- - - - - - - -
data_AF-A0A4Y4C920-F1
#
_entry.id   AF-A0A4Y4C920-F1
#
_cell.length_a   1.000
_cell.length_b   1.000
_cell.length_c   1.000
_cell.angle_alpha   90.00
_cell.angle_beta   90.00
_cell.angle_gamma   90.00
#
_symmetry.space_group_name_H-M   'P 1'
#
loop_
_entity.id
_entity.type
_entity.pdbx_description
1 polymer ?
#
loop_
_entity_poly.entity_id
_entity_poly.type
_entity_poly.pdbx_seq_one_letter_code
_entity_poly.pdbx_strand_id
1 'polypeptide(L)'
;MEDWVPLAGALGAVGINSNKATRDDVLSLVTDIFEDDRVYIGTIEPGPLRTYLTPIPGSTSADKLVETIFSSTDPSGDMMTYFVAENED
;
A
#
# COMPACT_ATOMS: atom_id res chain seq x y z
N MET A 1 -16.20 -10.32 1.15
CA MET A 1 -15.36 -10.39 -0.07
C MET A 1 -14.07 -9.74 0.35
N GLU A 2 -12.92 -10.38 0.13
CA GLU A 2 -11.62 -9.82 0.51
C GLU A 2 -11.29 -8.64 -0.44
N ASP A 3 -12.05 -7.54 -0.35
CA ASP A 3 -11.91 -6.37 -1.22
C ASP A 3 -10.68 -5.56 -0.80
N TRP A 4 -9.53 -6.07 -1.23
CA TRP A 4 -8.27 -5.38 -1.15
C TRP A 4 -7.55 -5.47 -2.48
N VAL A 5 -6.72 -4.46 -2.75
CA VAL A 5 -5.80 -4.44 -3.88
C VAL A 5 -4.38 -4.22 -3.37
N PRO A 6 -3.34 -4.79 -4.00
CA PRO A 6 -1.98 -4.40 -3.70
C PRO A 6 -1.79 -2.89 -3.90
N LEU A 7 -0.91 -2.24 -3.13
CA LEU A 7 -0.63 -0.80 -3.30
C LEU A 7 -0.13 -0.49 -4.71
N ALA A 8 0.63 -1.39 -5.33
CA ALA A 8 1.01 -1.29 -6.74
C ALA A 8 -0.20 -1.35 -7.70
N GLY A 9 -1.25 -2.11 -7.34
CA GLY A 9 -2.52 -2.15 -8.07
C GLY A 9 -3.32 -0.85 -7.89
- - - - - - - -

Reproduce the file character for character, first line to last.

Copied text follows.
data_AF-A0A4Y4C920-F1
#
_entry.id   AF-A0A4Y4C920-F1
#
_cell.length_a   1.000
_cell.length_b   1.000
_cell.length_c   1.000
_cell.angle_alpha   90.00
_cell.angle_beta   90.00
_cell.angle_gamma   90.00
#
_symmetry.space_group_name_H-M   'P 1'
#
loop_
_entity.id
_entity.type
_entity.pdbx_description
1 polymer ?
#
loop_
_entity_poly.entity_id
_entity_poly.type
_entity_poly.pdbx_seq_one_letter_code
_entity_poly.pdbx_strand_id
1 'polypeptide(L)'
;MEDWVPLAGALGAVGINSNKATRDDVLSLVTDIFEDDRVYIGTIEPGPLRTYLTPIPGSTSADKLVETIFSSTDPSGDMMTYFVAENED
;
A
#
# COMPACT_ATOMS: atom_id res chain seq x y z
N MET A 1 -16.20 -10.32 1.15
CA MET A 1 -15.36 -10.39 -0.07
C MET A 1 -14.07 -9.74 0.35
N GLU A 2 -12.92 -10.38 0.13
CA GLU A 2 -11.62 -9.82 0.51
C GLU A 2 -11.29 -8.64 -0.44
N ASP A 3 -12.05 -7.54 -0.35
CA ASP A 3 -11.91 -6.37 -1.22
C ASP A 3 -10.68 -5.56 -0.80
N TRP A 4 -9.53 -6.07 -1.23
CA TRP A 4 -8.27 -5.38 -1.15
C TRP A 4 -7.55 -5.47 -2.48
N VAL A 5 -6.72 -4.46 -2.75
CA VAL A 5 -5.80 -4.44 -3.88
C VAL A 5 -4.38 -4.22 -3.37
N PRO A 6 -3.34 -4.79 -4.00
CA PRO A 6 -1.98 -4.40 -3.70
C PRO A 6 -1.79 -2.89 -3.90
N LEU A 7 -0.91 -2.24 -3.13
CA LEU A 7 -0.63 -0.80 -3.30
C LEU A 7 -0.13 -0.49 -4.71
N ALA A 8 0.63 -1.39 -5.33
CA ALA A 8 1.01 -1.29 -6.74
C ALA A 8 -0.20 -1.35 -7.70
N GLY A 9 -1.25 -2.11 -7.34
CA GLY A 9 -2.52 -2.15 -8.07
C GLY A 9 -3.32 -0.85 -7.89